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Newsline - January 24, 2006


RUSSIA SAYS BRITISH BROKE 'GENTLEMEN'S AGREEMENT' ON SPYING...
Colonel Sergei Ignatchenko, the head of public relations for the Federal Security Service (FSB), told reporters in Moscow on 23 January that his organization decided to reveal what he called four British Embassy employees' spying activity in a recent broadcast by RTR state television after the British allegedly broke a "gentlemen's agreement" barring espionage work by the official representative of the Secret Intelligence Service (aka MI6) in Russia, RIA Novosti reported (see "RFE/RL Newsline," 23 January 2006). He stressed that "the secret services have a gentlemen's agreement that the official SIS representative will not be involved in espionage. We see that these agreements were breached in this case. In essence, we were deceived. In the near future, we will meet with SIS representatives to talk about these problems." Ignatchenko argued that the four diplomats had been caught "financing a number of nongovernmental organizations. They denied that they were working against us. Only after that did we decide to make the FSB's information public." PM

...AND REQUIRES A 'POLITICAL SOLUTION'
FSB spokesman Colonel Ignatchenko said in Moscow on 23 January that the case involving the four British diplomats "requires a political solution," RIA Novosti reported. He did not elaborate. In London, U.K. Prime Minister Tony Blair refused to comment on the story, adding that "the less said about that, the better," the "Financial Times" and "The Washington Post" reported. Some British media stressed that the Russian actions are a throwback to the days of the Cold War and could possibly result in mutual expulsions of diplomats. The last such row between the two countries over alleged spying took place in 1996, when President Boris Yeltsin was running for a second term. Critics in Russia and abroad said on 23 January that the Kremlin has raised the spying issue now to help justify recent legislation aimed at better controlling NGOs. Lyudmila Alekseyeva, who heads the NGO Moscow Helsinki Group, which was mentioned in the RTR broadcast, said in Moscow that the authorities want to shut her organization down and used the broadcast as a "deliberate attempt" to destroy its reputation. She said the incriminating documents presented in the film were "fake." PM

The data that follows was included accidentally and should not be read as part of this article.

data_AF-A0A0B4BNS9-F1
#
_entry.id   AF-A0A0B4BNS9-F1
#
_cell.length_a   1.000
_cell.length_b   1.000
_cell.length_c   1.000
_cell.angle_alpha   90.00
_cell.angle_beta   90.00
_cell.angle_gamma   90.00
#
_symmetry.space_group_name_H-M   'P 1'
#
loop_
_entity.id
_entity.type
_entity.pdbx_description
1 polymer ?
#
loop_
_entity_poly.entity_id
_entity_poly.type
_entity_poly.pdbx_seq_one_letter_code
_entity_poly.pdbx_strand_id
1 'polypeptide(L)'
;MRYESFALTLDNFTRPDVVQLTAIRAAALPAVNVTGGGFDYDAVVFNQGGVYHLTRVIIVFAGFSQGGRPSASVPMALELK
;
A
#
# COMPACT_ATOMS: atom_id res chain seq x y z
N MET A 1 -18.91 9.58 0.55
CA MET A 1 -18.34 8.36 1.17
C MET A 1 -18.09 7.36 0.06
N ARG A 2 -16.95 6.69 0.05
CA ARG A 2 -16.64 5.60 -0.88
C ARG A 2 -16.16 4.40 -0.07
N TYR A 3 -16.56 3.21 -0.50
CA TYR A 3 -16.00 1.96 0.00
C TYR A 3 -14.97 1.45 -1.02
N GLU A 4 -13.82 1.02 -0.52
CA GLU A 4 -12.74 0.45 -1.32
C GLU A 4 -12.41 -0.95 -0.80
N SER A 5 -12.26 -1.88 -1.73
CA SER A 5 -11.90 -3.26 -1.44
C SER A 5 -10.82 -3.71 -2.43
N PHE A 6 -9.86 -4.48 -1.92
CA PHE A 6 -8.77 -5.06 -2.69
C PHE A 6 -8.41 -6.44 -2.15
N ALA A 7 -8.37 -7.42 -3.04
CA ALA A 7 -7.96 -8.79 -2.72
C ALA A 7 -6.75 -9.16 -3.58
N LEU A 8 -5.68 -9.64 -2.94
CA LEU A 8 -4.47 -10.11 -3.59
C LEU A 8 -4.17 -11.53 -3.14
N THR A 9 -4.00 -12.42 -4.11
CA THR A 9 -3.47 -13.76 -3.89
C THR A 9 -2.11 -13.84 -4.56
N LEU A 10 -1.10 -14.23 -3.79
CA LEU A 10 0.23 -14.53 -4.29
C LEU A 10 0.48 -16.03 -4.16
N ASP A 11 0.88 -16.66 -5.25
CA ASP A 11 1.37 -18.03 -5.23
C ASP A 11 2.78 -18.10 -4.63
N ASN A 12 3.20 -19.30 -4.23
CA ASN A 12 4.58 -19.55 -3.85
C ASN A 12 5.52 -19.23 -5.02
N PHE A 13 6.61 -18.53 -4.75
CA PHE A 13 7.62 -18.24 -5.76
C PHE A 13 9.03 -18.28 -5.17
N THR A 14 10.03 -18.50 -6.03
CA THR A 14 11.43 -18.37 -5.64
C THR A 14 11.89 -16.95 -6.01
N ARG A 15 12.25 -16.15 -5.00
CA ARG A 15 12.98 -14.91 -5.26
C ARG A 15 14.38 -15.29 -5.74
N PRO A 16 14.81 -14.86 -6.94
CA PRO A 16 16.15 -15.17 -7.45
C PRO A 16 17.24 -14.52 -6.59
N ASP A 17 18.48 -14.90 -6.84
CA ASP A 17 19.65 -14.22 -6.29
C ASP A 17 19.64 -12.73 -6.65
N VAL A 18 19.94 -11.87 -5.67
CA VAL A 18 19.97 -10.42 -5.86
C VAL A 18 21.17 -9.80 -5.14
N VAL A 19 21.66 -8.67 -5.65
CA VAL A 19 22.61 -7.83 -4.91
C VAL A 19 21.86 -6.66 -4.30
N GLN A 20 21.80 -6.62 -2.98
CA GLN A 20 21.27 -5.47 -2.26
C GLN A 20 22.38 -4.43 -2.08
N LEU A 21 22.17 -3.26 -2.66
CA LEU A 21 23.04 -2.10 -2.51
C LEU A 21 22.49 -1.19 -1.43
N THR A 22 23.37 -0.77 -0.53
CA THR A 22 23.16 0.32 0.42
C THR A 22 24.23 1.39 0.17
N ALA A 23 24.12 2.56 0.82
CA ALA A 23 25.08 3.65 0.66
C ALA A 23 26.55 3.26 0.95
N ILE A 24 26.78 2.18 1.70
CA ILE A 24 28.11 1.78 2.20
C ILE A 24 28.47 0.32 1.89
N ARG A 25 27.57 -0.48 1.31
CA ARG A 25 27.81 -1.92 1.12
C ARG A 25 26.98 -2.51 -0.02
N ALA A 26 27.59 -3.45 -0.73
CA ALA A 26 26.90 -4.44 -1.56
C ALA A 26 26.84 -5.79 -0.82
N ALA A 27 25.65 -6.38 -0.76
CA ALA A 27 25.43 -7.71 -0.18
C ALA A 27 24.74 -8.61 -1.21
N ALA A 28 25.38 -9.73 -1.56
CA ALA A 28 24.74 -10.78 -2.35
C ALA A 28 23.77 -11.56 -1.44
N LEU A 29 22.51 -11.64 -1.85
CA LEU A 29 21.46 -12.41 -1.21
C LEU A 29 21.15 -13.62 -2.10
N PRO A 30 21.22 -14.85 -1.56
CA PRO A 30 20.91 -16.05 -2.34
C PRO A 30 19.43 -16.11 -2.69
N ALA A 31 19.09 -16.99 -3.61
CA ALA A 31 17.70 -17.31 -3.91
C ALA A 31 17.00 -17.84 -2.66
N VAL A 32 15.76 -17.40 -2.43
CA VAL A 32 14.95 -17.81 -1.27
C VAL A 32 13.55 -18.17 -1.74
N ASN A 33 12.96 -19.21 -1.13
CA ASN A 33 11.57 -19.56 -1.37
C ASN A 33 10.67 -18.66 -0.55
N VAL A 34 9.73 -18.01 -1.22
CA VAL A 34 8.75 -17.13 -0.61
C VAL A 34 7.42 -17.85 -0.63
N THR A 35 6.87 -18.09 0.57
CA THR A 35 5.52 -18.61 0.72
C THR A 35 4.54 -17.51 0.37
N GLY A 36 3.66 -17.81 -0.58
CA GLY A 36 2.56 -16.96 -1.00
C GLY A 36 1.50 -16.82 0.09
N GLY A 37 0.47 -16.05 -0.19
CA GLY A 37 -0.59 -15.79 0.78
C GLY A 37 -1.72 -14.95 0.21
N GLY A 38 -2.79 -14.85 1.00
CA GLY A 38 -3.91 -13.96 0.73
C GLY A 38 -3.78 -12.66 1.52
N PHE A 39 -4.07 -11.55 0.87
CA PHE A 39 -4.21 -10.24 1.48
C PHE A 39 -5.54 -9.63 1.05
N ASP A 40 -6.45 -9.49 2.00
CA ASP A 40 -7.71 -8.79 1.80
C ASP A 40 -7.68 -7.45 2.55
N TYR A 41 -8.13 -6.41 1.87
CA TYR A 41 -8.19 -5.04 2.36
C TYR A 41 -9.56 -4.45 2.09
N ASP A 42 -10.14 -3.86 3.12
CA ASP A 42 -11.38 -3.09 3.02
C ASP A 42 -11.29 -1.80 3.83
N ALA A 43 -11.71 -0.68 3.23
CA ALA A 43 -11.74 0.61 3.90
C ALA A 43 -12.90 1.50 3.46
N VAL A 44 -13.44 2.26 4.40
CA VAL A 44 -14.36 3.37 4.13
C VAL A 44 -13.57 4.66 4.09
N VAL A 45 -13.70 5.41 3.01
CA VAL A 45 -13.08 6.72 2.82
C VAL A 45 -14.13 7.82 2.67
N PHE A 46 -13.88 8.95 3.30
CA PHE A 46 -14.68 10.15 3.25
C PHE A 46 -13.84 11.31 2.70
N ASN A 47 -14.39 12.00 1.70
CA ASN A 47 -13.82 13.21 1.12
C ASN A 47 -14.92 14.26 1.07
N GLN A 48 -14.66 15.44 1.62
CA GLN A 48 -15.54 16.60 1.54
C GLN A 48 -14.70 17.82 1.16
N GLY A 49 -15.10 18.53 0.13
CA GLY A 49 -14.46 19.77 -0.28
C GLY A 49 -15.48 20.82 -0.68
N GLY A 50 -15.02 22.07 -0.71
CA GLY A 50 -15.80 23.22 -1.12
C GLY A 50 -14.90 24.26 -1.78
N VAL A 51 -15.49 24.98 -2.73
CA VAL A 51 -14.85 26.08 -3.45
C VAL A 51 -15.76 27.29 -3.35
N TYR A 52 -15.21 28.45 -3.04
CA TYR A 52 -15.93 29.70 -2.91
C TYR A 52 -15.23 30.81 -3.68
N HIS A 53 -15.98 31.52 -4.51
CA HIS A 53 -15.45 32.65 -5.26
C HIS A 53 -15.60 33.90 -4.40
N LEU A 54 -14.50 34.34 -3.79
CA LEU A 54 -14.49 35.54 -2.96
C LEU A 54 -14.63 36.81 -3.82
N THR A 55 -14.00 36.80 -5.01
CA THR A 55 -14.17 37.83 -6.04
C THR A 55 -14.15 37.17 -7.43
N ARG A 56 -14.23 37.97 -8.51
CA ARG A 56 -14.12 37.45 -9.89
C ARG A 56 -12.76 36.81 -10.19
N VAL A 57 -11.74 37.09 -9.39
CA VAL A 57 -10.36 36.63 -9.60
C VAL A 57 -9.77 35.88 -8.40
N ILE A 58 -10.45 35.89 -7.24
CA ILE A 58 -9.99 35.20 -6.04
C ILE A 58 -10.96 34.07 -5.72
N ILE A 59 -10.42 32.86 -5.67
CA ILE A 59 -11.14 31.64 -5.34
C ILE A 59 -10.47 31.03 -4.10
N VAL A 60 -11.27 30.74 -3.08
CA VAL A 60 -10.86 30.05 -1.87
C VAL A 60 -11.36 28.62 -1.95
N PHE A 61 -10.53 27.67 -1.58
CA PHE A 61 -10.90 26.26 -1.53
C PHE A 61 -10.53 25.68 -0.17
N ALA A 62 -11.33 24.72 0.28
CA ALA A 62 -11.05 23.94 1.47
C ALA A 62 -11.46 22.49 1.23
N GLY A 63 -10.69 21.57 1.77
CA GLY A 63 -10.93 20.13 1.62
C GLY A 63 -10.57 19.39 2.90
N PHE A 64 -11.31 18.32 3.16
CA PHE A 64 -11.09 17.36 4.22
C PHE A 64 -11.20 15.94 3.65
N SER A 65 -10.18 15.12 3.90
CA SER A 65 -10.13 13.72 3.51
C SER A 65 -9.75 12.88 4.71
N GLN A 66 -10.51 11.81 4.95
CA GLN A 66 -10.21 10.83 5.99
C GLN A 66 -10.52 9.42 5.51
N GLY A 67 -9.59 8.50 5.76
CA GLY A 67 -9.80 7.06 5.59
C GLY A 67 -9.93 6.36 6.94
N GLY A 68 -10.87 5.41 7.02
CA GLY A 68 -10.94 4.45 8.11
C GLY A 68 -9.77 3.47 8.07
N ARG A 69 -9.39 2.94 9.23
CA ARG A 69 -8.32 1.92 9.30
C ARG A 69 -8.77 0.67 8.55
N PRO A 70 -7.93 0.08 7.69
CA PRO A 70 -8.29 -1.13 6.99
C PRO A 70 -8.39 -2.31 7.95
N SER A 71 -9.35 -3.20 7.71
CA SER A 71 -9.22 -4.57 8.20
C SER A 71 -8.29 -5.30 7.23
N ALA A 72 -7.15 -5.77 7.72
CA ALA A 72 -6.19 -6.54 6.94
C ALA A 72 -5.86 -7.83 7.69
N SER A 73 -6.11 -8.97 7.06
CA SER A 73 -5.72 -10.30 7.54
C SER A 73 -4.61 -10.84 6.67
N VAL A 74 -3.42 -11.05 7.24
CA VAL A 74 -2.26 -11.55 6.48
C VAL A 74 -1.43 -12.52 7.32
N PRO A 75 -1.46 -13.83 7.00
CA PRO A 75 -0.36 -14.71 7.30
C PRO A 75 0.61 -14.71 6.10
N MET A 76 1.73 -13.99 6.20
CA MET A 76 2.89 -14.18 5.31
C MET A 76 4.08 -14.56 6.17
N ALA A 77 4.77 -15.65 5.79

GAZPROM BOOSTS GAS DELIVERIES
Gazprom spokesman Sergei Kupriyanov said in Moscow on 23 January that the state-run monopoly has begun producing 85 million cubic meters of natural gas per day over its planned volume and is now operating at full capacity, RIA Novosti reported (see "RFE/RL Newsline," 20 January 2006). He argued that "the current freeze presents a situation unique in the last decade. And thanks to Gazprom's efforts, we can live through it in warm flats with gas and electricity." Kupriyanov added, however, that any customers who have the option of switching to coal or heating oil should do so. Elsewhere, Gazprom deputy head Aleksandr Medvedev said that Ukraine is not sending on to Russia's European customers all the gas that Gazprom has been trying to get to them. On 24 January, officials of Naftohaz Ukrayiny said in Kyiv that their firm has been accessing Russian gas "in excess of the plan" because of the cold snap but "will meet the January balance as agreed with Russia," ITAR-TASS reported. PM

RUSSIA EXPANDS ITS G-8 GUEST LIST
Finance Minister Aleksei Kudrin said in Moscow on 23 January that the Russian presidency of the G-8 countries has invited his counterparts from India, China, Brazil, and South Africa to attend the 11 February Moscow gathering of member states' finance ministers after previously suggesting that the four would not be included, Reuters reported. "We reached the conclusion that...a meeting [with the four] would be useful," he said. PM

CHIEF JUDGE CALLS FOR CHECK ON KREMLIN'S POWER
Constitutional Court Chairman Valery Zorkin said in Moscow recently that Russia is moving towards becoming a presidential republic, "The Moscow Times" reported on 24 January. "In these conditions, you need very solid, independent courts. If you do not have [such] courts, then not only will citizens' rights not be protected, but also there will not be checks, or reins...on the executive," he said. Zorkin added that if that happens, "we will have not a strengthened executive branch or a presidential republic but...a trend toward arbitrary rule, toward dictatorship of the worst kind." Russia's most senior judge argued that he is not criticizing the Kremlin and stressed that a strong presidency is needed to fight crime. He also praised what he called President Putin's efforts to strengthen the judiciary. Zorkin acquired a reputation as a strong defender of the law in the early 1990s against President Yeltsin. In 2005, however, he defended the constitutionality of Putin's abolition of gubernatorial elections. PM